Malmohus Castle

Hotels in Malmo, Sweden

Finding a place where to stay in Malmo, Sweden’s third largest city, should be easy. Malmo is the Swedish version of New York, albeit on a smaller scale. About 40% of Malmo residents comes from 170 countries and speak 150 languages – either as immigrants or born here with parents born abroad.

Located on the southwest tip of Sweden just across Denmark’s capital, Malmo is both a young city and a city keeping up with its youth – around half of its residents are under the age of 35, and older industries like shipbuilding and construction are increasingly giving way to biotechnology, environmental technology, IT and digital media, thanks to the infectious cosmopolitan vibe of Copenhagen just across the Oresund Bridge. Like its bigger sister Gothenburg to the north, Malmo has begun its journey on the “green brick road’ of using clean, sustainable energy to power the city.

Stay in Hotels in Malmo Sweden

Experience a Unique Blend of History, Food and Culture

True to its earliest history as a ferry berth for the archdiocese of Lund some 20 kilometres away, Malmo as a tourist destination is very easy to get to. Its highly developed infrastructure and abundance of accommodation in Malmo makes it easy for any traveller whether on business or pleasure to get there via various modes of transport. Day trippers from Copenhagen or Gothenburg may find that hostels in Malmo tend to be affordable while cheap hotels in Malmo, Sweden offer good value.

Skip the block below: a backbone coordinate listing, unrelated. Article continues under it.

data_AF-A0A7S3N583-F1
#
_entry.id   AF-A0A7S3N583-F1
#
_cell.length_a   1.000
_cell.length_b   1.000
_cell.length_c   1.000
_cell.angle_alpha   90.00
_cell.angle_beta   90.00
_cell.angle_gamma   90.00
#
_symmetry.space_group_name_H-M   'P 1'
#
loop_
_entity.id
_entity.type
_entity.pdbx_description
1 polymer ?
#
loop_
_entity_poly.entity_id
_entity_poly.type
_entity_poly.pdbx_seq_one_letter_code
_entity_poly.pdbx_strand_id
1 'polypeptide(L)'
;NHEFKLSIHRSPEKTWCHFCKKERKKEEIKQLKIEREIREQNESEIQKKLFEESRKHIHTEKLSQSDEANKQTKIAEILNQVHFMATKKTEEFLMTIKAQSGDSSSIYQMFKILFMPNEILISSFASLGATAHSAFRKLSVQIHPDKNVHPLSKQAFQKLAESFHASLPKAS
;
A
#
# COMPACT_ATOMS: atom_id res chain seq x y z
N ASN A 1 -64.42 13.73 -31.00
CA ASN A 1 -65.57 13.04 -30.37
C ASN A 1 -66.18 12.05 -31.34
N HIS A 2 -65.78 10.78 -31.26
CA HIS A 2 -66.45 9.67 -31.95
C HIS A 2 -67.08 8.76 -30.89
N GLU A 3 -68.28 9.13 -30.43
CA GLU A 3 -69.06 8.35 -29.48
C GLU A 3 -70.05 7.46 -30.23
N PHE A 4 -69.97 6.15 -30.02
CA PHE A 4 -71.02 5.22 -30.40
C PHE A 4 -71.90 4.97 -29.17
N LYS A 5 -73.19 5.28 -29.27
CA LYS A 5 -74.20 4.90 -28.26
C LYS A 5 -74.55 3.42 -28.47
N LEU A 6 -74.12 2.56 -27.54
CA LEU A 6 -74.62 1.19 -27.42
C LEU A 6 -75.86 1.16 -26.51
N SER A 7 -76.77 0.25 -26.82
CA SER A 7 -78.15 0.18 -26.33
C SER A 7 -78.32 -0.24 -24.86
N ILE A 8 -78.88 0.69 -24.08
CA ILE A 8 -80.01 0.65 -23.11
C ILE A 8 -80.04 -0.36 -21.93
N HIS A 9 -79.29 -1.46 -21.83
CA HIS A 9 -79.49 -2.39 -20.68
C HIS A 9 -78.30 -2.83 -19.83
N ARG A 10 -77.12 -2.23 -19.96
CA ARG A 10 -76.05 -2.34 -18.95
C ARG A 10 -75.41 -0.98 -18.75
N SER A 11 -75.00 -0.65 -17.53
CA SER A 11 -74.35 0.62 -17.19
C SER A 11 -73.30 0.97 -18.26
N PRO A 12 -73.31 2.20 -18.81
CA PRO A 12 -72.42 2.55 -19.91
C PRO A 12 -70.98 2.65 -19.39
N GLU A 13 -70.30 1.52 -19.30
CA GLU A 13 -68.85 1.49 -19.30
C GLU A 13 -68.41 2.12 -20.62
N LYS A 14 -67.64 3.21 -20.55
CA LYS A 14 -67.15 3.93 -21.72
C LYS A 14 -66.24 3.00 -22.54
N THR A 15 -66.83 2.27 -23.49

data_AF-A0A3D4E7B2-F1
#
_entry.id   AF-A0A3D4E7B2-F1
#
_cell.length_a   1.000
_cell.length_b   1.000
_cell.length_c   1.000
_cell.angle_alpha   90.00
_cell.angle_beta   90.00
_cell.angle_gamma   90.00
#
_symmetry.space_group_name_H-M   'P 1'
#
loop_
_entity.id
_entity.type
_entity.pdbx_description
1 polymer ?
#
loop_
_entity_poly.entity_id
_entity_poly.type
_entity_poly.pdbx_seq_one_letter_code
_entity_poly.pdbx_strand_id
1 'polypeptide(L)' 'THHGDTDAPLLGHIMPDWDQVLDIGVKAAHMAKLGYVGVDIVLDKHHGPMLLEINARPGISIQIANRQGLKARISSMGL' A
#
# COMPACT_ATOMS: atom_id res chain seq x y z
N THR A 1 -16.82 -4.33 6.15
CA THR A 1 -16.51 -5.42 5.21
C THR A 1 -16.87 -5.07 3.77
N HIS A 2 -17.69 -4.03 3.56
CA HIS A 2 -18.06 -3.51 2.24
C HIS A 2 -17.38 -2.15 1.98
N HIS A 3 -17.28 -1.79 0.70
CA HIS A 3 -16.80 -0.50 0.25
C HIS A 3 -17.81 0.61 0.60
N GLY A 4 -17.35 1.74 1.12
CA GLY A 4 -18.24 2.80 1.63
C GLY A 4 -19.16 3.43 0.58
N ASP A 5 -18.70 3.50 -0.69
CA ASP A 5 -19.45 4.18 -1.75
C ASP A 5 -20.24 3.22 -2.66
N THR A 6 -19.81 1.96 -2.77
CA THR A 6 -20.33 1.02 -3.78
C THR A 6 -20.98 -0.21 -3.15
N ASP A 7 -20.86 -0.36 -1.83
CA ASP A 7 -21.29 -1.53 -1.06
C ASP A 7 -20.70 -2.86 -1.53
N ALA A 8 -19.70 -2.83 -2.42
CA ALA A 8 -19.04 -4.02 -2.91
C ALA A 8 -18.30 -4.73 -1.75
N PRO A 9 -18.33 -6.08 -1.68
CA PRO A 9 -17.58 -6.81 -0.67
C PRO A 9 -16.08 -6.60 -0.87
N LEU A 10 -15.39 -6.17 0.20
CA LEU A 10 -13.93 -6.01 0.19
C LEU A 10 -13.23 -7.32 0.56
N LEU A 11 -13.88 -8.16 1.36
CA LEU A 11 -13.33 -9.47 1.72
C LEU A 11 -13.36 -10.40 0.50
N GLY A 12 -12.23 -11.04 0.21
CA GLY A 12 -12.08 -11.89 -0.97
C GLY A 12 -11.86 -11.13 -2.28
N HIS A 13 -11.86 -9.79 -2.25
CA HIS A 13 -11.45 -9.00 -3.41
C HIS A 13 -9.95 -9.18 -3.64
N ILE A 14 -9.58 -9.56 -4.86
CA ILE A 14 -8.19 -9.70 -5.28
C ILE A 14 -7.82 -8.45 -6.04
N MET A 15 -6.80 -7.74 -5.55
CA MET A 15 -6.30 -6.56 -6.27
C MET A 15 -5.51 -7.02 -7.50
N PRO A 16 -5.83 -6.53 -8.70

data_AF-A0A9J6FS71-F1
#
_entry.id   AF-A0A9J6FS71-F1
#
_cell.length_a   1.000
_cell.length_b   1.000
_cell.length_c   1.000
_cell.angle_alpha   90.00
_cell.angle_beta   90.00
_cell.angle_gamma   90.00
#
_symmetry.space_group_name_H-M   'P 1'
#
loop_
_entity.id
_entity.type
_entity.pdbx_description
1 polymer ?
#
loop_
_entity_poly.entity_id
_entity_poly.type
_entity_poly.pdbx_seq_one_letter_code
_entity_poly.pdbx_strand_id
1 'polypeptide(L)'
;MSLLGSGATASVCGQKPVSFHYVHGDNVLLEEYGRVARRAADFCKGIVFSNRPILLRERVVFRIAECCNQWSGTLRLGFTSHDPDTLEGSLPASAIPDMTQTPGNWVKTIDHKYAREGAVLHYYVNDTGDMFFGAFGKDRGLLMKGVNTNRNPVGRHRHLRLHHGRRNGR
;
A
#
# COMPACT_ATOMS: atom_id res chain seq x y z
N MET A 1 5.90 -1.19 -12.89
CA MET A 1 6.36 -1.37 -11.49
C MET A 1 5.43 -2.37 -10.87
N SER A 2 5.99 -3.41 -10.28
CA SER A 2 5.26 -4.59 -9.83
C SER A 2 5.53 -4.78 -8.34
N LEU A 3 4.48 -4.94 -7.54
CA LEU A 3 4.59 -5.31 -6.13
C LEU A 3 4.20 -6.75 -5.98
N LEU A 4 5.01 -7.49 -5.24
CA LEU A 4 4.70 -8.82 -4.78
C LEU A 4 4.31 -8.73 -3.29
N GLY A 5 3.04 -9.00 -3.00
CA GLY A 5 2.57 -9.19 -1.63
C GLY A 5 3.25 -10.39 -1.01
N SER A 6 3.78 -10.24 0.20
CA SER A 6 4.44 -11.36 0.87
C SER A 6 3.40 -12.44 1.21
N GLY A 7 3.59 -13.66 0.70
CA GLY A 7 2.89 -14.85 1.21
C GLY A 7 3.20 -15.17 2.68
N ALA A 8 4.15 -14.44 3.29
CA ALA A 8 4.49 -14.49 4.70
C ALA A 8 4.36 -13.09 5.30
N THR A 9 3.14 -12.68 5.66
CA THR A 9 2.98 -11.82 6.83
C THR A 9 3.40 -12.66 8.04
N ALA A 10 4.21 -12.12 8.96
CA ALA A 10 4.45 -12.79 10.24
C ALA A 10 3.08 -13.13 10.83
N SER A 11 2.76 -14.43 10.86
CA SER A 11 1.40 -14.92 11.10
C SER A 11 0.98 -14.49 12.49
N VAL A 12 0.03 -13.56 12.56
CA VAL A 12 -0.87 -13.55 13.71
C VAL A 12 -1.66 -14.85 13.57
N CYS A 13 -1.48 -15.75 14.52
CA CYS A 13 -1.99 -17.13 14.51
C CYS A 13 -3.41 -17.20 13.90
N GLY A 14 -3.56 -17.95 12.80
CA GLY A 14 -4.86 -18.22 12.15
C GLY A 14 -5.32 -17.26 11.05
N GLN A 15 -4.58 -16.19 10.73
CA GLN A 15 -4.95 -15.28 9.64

As one of Sweden’s earliest industrialized towns – by 1913, Malmo already had towering spires and trams plying wide boulevards – the country’s third largest city may convey an atmosphere of no-nonsense business, but eventually gives away hints of its 700-year-old history. The 13th century Tunneln; the 14th century St. Peter’s Church; and the 15th century Malmohus Castle will bring you back to that time when Malmo was a “gravel hill” and a bustling Hanseatic port and trade centre. Today, Malmo is represented by the Turning Torso, a 190-metre structure that seemed to have been knocked off out of balance, but actually houses 147 apartments for rent in Malmo.

Malmo has only recently opened its Modern Museum and holds several pieces from Duchamp, Picasso, Dali and Matisse. There are also plenty of half-timbered houses scattered about that double as art spaces and craft galleries.

Sweden may not look like it, but here in the southern hub of transport and logistics, thrives a patchwork of different cultures made more colourful by Muslims, Arabs, Jews, Africans and other east Europeans. This multiculturalism has created a dining scene that is quite unique in Scandinavia. You can stay in one of the best hotels in Malmo, Sweden to experience its varied food-scape, or you can check out Lilla Torg (Little Square) and dig into a decent choice of dumplings, pho, curry, crepes, empanada, ciabata and kebabs that coming here for food, if not for anything else, is not altogether a bad idea.